Napoleone Ferrara, MD, PhD, the molecular biologist credited with helping decipher how tumors grow, and with development of new treatments for both cancer and age-related macular degeneration, has been named recipient of The Economist magazine’s 2012 Innovation Award for bioscience.
Napoleon Ferrara, MD, PhD
Ferrara, 56, joins the University of California, San Diego School of Medicine on December 1 as a professor of pathology and as senior deputy director for basic science at the UC San Diego Moores Cancer Center. He comes from Genentech, the San Francisco-based biotechnology company where he served as a long-time research fellow.
The Innovation prize in bioscience honors Ferrara’s work identifying the role of the human VEGF gene in promoting angiogenesis – the formation of new blood vessels that can feed tumor growth – and subsequent development of two major monoclonal antibody drugs: Bevacizumab (marketed as Avastin), which is used treat multiple forms of cancer, including breast, brain and colorectal, and ranibizumab (marketed as Lucentis), which treats wet age-related macular degeneration, a leading cause of blindness in the elderly.
“Not only did he help explain how tumors proliferate through angiogenesis,” said Scott Lippman, MD, director of the UC San Diego Moores Cancer Center. “He took this new knowledge and translated it into novel clinical treatments that benefit real patients. We’re thrilled to bring his vision, passion and commitment for truly collaborative scientific discovery and clinical progress to Moores.”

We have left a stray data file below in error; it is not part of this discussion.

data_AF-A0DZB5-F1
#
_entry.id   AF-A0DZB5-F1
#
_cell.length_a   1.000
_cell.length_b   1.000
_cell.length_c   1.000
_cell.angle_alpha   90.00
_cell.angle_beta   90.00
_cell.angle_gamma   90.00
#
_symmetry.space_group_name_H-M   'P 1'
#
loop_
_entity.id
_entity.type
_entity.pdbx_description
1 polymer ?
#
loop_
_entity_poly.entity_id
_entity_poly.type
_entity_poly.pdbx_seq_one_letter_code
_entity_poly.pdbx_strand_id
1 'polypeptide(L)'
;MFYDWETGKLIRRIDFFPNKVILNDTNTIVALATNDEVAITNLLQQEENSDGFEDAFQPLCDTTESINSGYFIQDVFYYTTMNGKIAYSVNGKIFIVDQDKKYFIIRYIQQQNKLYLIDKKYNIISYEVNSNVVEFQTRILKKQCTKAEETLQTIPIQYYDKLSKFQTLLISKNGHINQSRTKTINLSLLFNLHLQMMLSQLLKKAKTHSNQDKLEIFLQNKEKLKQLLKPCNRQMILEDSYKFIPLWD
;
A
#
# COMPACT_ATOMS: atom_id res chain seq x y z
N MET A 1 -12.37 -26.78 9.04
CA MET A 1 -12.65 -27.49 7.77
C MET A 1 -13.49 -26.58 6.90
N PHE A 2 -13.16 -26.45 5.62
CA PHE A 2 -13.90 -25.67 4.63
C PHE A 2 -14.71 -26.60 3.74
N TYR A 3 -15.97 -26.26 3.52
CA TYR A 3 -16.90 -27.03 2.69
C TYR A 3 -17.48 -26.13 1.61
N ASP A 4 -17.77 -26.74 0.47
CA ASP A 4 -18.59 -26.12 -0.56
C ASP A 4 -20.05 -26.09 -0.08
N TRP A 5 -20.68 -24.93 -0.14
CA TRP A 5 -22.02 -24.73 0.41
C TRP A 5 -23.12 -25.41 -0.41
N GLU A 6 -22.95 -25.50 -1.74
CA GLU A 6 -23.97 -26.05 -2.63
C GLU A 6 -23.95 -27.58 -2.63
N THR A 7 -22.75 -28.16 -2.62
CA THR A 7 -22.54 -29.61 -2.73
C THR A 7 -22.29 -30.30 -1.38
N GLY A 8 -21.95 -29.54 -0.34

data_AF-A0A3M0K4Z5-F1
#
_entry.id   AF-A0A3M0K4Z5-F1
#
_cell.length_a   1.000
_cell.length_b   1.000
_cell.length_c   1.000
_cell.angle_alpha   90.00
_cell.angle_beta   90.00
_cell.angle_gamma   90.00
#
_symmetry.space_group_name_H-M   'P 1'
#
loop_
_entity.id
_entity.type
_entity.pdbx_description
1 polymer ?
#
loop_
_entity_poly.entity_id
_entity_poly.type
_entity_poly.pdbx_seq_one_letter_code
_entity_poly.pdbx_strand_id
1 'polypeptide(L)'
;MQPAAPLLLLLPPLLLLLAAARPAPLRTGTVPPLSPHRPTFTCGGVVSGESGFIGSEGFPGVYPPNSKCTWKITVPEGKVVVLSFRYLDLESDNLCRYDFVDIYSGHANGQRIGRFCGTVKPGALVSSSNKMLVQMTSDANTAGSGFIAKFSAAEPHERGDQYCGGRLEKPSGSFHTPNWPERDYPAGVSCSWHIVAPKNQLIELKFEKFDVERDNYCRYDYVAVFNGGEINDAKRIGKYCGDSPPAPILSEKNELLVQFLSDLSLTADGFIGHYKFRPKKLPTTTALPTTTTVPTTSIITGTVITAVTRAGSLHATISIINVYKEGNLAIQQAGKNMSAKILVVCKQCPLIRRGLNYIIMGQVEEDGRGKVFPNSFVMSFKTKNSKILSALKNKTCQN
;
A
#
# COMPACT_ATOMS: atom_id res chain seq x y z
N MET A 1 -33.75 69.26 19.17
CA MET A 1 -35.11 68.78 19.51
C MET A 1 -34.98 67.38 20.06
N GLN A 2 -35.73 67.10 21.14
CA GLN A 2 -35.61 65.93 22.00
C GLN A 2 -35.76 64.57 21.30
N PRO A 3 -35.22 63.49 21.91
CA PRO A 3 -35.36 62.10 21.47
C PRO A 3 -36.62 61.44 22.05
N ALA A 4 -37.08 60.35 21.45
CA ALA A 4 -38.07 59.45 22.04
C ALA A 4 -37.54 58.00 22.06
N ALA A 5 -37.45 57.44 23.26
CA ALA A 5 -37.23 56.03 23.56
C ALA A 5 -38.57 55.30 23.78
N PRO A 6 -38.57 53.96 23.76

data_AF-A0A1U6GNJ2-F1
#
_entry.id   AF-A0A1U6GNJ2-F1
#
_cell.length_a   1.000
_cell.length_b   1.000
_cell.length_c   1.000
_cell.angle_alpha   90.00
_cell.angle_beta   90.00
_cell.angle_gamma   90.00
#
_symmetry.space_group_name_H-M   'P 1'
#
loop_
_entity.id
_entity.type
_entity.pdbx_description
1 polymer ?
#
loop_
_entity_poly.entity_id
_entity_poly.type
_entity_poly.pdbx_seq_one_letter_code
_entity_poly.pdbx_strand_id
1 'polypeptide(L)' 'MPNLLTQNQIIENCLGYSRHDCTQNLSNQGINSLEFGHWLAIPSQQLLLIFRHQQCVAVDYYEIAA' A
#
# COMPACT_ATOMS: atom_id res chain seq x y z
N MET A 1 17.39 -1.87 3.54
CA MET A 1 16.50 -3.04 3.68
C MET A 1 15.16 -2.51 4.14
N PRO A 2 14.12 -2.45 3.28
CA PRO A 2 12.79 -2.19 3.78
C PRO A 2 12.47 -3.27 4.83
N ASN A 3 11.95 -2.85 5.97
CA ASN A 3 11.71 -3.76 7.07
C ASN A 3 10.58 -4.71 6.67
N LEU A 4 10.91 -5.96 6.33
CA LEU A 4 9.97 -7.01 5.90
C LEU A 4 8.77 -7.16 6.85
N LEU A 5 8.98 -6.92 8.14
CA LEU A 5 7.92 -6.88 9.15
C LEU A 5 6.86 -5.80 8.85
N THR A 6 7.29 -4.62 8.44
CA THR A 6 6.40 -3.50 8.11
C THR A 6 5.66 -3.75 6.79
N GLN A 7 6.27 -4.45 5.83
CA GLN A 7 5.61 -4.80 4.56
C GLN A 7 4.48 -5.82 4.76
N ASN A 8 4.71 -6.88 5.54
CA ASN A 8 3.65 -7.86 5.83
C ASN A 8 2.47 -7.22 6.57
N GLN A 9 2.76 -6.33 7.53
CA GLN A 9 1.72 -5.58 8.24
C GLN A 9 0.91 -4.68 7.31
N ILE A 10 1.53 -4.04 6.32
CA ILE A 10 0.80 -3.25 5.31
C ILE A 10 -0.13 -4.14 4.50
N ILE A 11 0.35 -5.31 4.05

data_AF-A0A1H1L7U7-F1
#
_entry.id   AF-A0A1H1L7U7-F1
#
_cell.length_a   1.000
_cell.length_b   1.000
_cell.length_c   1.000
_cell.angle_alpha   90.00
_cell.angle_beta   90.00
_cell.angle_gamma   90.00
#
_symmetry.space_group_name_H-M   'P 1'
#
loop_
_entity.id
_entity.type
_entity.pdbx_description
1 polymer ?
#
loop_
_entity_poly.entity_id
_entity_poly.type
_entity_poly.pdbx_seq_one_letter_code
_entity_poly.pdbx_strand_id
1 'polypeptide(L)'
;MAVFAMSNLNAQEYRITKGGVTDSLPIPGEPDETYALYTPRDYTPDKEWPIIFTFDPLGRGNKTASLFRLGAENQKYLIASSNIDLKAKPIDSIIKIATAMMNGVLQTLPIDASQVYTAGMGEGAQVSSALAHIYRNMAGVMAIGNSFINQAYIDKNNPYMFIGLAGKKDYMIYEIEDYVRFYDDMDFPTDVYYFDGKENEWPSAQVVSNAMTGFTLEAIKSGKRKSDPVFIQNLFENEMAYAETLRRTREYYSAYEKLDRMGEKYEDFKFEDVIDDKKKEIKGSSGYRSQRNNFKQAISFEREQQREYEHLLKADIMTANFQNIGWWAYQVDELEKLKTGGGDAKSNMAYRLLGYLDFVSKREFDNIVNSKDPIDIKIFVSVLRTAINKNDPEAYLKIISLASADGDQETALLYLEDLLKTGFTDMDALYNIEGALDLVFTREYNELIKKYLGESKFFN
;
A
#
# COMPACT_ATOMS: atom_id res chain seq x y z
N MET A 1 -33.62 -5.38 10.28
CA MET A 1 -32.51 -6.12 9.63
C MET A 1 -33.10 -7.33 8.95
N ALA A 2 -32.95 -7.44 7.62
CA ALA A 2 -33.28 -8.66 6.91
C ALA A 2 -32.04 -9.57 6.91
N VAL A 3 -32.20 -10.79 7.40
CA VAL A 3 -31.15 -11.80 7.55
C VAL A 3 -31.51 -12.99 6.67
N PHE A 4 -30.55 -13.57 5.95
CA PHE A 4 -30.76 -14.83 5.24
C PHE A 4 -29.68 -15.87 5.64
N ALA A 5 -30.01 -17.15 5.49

At UC San Diego Moores Cancer Center, Ferrara will continue his cancer drug development research targeting angiogenesis and oversee the center’s basic science operation.
In 2010, Ferrara received the highly regarded Lasker-DeBakey Clinical Medical Research award for his work. Winners of Lasker awards have also won Nobel Prizes, as have several Economist Innovation recipients. Previous Innovation award winners in bioscience include artificial skin inventor Robert Langer, Harald zur Hausen, the Nobel Laureate who discovered the viral cause of cervical cancer, and J. Craig Venter, a pioneer in human genome sequencing and president of the J. Craig Venter Institute in La Jolla.
Now in their 11th year, The Economist’s Innovation Awards celebrate individual innovators whose efforts have had great impact upon business and/or society. An international panel of 29 judges selected honorees in categories that include energy and the environment, computing and telecommunications, social and economic innovation and consumer products. The winners were announced at a London ceremony last night.
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